Study finds Correctional Industries provides work opportunities for incarcerated prisoners

Faith Lutze’s research concludes CI increases employment after release

A+WSU+researcher+surveyed+prisoners+employed+in+Correctional+Industries+and+found+the+organization+helped+develop+work+ethic+and+job+skills+for+reentry+into+the+workplace+after+incarceration.

NESSA ANKNEY | DAILY EVERGREEN FILE

A WSU researcher surveyed prisoners employed in Correctional Industries and found the organization helped develop work ethic and job skills for reentry into the workplace after incarceration.

PUNEET BSANTI

This article is a follow-up to a previous Evergreen article about Correctional Industries

Washington State Correctional Industries offers voluntary employment and compensation for incarcerated prisoners in the state of Washington. While WSU has a contract with CI, it has not purchased items from the organization since 2018.

CI is managed by the Washington State Department of Corrections and is committed to helping prisoners develop a positive work ethic while maintaining and expanding work training programs that help develop job skills for reentry after their time in prison, according to CI’s mission statement

WSU is able to purchase furniture from CI because of a contract, said Faith Lutze, a professor for the WSU Department of Criminal Justice and Criminology. However, so are other public universities and state governments.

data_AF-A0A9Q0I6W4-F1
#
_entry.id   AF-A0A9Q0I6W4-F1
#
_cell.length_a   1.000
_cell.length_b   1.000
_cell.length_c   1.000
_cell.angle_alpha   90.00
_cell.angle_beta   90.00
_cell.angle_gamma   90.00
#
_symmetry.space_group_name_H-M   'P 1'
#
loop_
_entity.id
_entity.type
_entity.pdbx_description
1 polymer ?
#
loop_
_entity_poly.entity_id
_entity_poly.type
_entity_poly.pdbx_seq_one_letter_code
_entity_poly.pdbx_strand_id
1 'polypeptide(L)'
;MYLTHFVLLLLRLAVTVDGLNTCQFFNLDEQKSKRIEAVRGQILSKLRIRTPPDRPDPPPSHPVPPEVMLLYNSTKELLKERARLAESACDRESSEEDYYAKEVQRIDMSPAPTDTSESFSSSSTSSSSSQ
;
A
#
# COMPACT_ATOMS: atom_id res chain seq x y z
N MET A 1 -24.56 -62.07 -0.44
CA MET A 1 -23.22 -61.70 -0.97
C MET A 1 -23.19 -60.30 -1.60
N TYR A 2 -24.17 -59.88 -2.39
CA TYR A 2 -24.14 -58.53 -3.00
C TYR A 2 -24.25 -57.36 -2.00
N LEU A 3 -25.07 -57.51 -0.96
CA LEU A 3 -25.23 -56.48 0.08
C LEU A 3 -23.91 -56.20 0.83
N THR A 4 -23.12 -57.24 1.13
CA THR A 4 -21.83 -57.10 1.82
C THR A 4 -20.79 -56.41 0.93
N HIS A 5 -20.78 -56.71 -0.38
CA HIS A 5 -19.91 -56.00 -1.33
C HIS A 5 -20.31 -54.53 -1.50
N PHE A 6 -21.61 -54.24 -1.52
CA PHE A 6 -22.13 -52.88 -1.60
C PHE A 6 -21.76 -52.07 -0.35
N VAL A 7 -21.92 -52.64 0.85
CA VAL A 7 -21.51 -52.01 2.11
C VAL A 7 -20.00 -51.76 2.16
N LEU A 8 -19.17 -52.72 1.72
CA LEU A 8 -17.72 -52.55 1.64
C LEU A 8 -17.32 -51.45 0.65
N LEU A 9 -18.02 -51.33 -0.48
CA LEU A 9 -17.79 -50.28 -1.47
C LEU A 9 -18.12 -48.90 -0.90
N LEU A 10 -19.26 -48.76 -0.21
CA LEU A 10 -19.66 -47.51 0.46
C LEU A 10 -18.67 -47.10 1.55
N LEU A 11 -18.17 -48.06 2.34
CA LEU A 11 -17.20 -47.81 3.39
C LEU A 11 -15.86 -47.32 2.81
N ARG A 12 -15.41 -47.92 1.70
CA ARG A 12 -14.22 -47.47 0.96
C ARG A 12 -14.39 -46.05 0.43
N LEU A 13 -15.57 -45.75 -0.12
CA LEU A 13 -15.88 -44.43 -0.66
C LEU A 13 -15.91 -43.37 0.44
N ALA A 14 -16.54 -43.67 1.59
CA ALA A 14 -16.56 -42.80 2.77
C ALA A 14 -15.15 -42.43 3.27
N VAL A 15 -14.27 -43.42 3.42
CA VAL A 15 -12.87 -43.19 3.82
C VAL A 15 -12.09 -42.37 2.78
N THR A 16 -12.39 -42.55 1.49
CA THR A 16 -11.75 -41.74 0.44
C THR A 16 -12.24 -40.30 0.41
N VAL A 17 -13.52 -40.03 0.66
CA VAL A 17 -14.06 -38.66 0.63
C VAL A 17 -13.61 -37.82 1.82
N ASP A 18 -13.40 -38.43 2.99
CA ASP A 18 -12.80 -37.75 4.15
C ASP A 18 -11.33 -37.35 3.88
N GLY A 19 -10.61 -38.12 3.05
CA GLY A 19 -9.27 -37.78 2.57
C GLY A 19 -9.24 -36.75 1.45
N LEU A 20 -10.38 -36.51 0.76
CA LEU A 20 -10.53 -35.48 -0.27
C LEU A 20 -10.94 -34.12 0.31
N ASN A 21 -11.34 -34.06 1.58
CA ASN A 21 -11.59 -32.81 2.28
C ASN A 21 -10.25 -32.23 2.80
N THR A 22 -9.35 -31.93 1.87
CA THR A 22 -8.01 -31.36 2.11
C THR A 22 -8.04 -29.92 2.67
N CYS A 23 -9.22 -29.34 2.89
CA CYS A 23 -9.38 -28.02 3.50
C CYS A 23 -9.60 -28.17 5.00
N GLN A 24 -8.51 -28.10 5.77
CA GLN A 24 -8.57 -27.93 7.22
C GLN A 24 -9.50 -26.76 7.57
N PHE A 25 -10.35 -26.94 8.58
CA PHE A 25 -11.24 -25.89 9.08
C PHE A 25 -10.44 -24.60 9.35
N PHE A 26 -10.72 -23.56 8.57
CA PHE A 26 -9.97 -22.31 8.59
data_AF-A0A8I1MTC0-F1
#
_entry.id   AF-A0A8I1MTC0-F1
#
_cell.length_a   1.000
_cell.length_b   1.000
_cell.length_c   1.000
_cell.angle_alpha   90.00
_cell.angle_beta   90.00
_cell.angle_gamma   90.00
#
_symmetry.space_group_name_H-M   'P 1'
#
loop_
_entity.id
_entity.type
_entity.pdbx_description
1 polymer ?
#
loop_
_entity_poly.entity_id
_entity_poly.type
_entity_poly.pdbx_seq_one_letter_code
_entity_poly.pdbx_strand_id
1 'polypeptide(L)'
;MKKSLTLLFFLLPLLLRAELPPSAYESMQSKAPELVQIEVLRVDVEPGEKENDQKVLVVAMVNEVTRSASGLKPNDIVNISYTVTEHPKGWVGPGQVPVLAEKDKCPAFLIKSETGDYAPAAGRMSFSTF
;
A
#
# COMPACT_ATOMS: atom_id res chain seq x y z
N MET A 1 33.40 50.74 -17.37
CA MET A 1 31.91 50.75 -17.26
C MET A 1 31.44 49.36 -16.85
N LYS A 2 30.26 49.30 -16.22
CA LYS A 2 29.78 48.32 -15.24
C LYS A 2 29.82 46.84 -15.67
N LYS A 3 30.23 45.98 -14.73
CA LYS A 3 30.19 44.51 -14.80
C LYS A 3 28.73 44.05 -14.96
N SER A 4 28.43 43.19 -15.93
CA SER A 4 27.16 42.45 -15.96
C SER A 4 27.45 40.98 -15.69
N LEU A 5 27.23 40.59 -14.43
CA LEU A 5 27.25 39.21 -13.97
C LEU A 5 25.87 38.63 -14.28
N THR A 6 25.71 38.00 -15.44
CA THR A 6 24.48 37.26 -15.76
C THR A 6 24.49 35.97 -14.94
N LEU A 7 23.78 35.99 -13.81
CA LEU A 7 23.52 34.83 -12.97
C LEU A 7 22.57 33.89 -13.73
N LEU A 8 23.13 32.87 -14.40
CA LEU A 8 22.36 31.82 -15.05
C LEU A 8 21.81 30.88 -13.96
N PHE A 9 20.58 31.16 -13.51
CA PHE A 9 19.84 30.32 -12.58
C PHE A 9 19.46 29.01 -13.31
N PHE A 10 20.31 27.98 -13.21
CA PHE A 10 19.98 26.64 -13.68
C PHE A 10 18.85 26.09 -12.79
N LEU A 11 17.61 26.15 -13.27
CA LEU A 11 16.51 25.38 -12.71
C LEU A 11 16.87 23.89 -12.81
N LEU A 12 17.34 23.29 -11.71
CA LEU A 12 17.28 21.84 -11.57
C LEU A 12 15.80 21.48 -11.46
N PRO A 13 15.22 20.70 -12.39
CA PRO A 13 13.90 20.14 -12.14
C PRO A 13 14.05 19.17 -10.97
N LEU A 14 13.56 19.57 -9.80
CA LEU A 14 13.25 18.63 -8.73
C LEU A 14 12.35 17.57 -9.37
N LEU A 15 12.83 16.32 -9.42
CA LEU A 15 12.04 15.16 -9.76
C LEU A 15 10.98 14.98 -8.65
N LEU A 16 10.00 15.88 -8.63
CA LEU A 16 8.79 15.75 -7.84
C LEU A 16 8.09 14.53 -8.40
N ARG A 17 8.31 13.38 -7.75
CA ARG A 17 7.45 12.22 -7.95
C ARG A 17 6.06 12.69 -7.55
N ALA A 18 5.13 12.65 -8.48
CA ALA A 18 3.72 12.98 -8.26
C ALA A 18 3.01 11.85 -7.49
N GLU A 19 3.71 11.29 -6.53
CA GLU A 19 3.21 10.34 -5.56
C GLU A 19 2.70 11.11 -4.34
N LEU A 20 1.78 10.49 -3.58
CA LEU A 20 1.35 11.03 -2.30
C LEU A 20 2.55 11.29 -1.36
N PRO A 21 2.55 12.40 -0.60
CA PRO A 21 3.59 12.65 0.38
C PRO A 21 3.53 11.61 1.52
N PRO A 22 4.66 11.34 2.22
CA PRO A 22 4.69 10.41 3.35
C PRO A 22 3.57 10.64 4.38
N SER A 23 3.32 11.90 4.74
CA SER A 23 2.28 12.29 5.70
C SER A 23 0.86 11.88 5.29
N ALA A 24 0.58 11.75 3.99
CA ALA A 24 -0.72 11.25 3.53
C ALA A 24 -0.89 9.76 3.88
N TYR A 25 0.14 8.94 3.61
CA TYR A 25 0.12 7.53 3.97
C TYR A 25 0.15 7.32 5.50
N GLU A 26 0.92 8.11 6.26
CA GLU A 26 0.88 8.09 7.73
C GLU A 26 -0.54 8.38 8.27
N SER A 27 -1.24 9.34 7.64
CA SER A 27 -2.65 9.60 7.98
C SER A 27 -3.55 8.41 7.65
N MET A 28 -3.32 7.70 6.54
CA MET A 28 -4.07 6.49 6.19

Lutze conducted research at CI as the principal investigator and came to the conclusion that CI “reduces recidivism, improves institutional behavior and increases employment after release,” according to a research brief published in 2015.

“I spent two years at Airway Heights Correctional Center, and I had an office located within that facility,” Lutze said. 

Lutze, along with co-principal investigator Laurie Drapela and research associate Roger Schaefer, surveyed and interviewed the incarcerated workers and CI staff members. They also observed how the work was done and examined the environment of the facility. 

Lutze said Airway Heights was not a furniture facility but focused on food production and food services. 

Airway Heights also focuses on optical manufacturing, textiles, warehouse services, commissary, laundry services and admin services, according to the CI website.

“The food factory produces food that is then distributed throughout the prison system, and also outward to the community depending upon what their contracts are,” Lutze said. 

Among the 13 correctional facilities where CI operates, Stafford Creek Correctional Center, located five miles west of Aberdeen, Washington, has a furniture factory, according to their website.   

In addition, incarcerated employees at Cedar Creek Corrections Center install new furniture, according to their website.

At WSU, facilities on campus such as the libraries used CI’s services for furniture reupholstering, but that was done almost 15 years ago, said Beth Blakesley, associate dean of libraries.